Watching my life change isn’t easy

I remember getting my first pair of glasses when I was 12 years old. I left the store the day I picked them up and was shocked at how clear I could see everything. I was able to see every leaf on the trees outside. They were green blurs before, but with glasses I was able to see every vein and ridge. It was amazing to me how beautiful the world was when everything was in focus.

About 10 years ago I had surgery to correct my vision so I wouldn’t have to wear glasses any longer. That was another wonderful moment because I no longer had to deal with fogged up glasses on humid days or raindrops on rainy days. Everything was beautiful once again but without the need of a pair of glasses to help me out.

But now, because of multiple sclerosis, my vision is messed up yet again only this time there’s nothing I can do to correct it. I get these crazy moments when my eyes just don’t have it in them to focus. They will jump around, wobble about, see double of everything, and become weak and blurred. I also have lost color clarity in my right eye so everything is gray scale. It’s actually quite weird and hard to explain to someone who has never experienced it before.

Sometimes just trying to read an email or a text message becomes an impossible task to complete. When that happens, I’m thankful that technology exists today to read them out loud for me. You never realize how important your eyesight is until you lose it.

That’s one of the hardest things about living with a progressive form of MS. I see my body slowly deteriorating and there’s nothing I can do about it. I can’t actually see the changes from day to day, but when I compare how I was doing a year ago to how things are today, I find noticeable differences…and if I think about it too much, depression sets in and the tears flow.

What I have to do each day is stay focused on the things I can do instead of what I can no longer do. My can’t do list has grown much longer over the years, but my can do list surprisingly has grown too. I may not be able to walk more than 5 steps unaided, see clearly, breathe without concerns, sleep through the night, or swallow consistently, but I can laugh at my shortcomings, make a mean fruit smoothie, hug walls and floors with style, invent new words that really should to be added to the dictionary, and create more laundry than a five-year-old.

Try your best to not lose focus on today by looking at the past and dwelling on all the things you used to be able to do. Regardless of your progression or where you are at in life today, your disability has not taken away your ability to live. Pause and think on that.

Don’t let your can’t do affect your can do. You can still do a lot of things, you just might be doing them differently than you did in times past. Be grateful for the things you can do. You’ll be amazed at just how long of a list that actually is. I believe in you!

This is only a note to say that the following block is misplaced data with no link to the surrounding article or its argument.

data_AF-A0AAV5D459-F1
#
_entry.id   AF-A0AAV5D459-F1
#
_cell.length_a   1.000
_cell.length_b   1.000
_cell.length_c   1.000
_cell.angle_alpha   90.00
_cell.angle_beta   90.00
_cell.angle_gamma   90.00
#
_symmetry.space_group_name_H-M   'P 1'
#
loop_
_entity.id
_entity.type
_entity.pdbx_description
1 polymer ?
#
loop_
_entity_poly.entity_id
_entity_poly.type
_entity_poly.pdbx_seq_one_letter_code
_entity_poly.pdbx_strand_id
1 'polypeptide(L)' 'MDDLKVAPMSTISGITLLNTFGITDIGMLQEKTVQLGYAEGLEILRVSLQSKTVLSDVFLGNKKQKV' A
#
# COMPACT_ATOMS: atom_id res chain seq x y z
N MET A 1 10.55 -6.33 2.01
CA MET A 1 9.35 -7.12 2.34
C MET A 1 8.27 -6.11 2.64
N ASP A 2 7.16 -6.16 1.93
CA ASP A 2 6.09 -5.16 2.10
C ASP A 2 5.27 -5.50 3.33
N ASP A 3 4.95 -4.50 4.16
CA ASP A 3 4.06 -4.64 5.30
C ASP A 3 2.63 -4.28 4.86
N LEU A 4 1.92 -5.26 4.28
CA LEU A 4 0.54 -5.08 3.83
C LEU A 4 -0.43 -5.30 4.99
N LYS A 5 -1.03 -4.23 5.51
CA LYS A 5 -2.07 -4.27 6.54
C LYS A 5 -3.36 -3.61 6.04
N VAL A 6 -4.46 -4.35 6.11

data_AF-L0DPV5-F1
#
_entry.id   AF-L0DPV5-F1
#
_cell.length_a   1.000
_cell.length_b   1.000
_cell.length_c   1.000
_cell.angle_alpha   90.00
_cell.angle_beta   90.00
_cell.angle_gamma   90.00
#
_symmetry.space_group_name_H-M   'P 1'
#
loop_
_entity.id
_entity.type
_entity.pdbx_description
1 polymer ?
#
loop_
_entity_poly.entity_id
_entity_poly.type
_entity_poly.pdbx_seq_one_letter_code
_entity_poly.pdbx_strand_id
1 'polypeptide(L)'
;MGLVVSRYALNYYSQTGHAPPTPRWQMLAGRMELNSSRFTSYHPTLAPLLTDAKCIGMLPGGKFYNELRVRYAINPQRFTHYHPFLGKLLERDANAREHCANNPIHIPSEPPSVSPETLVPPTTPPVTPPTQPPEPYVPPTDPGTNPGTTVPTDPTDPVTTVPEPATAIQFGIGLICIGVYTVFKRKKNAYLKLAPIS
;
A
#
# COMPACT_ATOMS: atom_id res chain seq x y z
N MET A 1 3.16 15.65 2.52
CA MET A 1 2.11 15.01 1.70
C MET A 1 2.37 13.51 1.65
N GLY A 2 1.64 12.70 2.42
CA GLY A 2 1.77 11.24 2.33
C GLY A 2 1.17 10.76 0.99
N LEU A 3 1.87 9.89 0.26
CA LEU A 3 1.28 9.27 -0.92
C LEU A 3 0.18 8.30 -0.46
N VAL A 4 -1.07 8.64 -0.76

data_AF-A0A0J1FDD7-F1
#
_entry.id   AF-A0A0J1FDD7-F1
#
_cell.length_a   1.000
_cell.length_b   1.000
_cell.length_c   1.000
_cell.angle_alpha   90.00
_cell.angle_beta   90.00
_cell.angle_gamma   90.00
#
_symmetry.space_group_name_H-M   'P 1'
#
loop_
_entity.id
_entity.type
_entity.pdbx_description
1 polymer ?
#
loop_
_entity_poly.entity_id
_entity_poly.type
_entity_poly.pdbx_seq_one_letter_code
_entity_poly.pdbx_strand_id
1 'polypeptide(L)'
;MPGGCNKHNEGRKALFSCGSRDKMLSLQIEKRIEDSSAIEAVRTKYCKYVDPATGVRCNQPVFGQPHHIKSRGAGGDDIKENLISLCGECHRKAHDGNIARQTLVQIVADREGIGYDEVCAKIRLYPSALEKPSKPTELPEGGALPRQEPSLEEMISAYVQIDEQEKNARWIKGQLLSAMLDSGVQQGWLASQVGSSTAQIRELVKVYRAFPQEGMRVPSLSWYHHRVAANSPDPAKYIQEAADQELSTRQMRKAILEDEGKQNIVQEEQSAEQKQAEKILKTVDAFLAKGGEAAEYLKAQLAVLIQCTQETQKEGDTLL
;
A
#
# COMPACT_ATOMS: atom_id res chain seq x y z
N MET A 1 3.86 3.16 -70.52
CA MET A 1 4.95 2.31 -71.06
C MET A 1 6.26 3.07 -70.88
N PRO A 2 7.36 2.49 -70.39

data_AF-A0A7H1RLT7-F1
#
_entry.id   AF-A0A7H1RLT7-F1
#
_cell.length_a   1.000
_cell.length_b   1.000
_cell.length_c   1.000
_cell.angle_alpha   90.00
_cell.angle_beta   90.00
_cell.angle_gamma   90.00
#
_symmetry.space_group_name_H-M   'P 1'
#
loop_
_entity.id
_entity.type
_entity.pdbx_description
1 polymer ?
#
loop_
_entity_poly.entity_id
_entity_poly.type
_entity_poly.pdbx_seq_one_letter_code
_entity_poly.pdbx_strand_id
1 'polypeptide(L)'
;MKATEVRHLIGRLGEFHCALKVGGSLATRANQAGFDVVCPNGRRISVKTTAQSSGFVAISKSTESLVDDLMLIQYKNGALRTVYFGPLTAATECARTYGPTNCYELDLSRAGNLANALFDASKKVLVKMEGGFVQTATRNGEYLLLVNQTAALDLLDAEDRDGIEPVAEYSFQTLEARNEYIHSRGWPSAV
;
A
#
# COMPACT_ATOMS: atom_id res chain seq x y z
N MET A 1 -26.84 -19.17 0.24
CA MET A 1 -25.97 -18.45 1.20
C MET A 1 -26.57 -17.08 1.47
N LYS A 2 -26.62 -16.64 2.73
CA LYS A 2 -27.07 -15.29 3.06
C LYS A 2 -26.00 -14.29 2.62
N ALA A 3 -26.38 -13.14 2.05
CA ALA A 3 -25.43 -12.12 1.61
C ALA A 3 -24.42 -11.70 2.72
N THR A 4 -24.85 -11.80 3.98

To whom it may concern: An open letter about life with Multiple Sclerosis

To whom it may concern:

There is an entire world filled with people who don’t understand Multiple Sclerosis. I know since you don’t live with the disease yourself it is hard to comprehend, but I hope what I have to say will give you insight into what life is like for me…giving you insight and understanding into the life of someone living with MS.

First off, I would like to say that Multiple Sclerosis is real, it hurts, it is full of challenges and struggles, and if you haven’t figured it out yet, it is invisible to a majority of the population since the destruction takes place inside the body. The effects are seen in other ways as I walk, talk and go through my day with disabling symptoms, but if you were able to see inside my body, you wouldn’t judge me so quickly. My insides are a wreck and filled with chaos.

Sure, I wear a smile much of the time, but that doesn’t mean the disease isn’t there. It just means I’m doing a pretty good job at covering it up. You see the mask I wear, but let me pull off the mask for a moment. I get angry, fearful, weepy and scared. Lingering in the back of my mind is the fact that one day my future will be drastically different than it is today. You see, MS is progressive. That means that although today I may be moving around okay, tomorrow I may not. It may take a year or 20 years, but my life is changing every day.

Please know that it hurts when you so casually decide you know what’s best for me. MS has affected every part of my life, but that doesn’t mean it’s made me incapable of making decisions. Don’t exclude me from things just because you think I wouldn’t want to be a part or because you think it would be too hard for me to do. Let me make that decision. It hurts more to be left out than to give a response of “no thank you” to an invitation. I would much rather be given the option. Please don’t stop inviting me or including me even if you get a lot of “No” replies.

Another thing that really hurts is when you tell me you know how I feel. Really? You understand the fatigue that never goes away, the numbness in my body, the pain, the bladder problems, the vision struggles? I have major damage in my brain and spine causing continued chaos throughout my body, and you want to try and compare your flu symptoms to my MS? Please don’t do that. Unless you are living with MS yourself, don’t even try telling me you know how I feel. Support me, help me, console me if that’s needed, but don’t make the assumption that you get it.

Then there’s the problem I have of you always trying to fix me as if I’m broken. I’m not broken. I’m simply living with a chronic progressive incurable disease. That means it’s not going away unless a cure is found…and no, there isn’t a cure yet. All those supposed cures you read about online, they aren’t cures. They are either symptom management techniques, wishful thinking, or money making schemes. Nothing has been found to completely remove MS from someone’s life. Nothing aside from a miracle! So your great Aunt Sue’s cousin’s friend who was cured using a combination of bumble bees, tin foil, baking soda and pine cones…I’m not interested in the recipe. Accept me for who I am. I’m thankful you care, but your remedies cause me more weariness than help.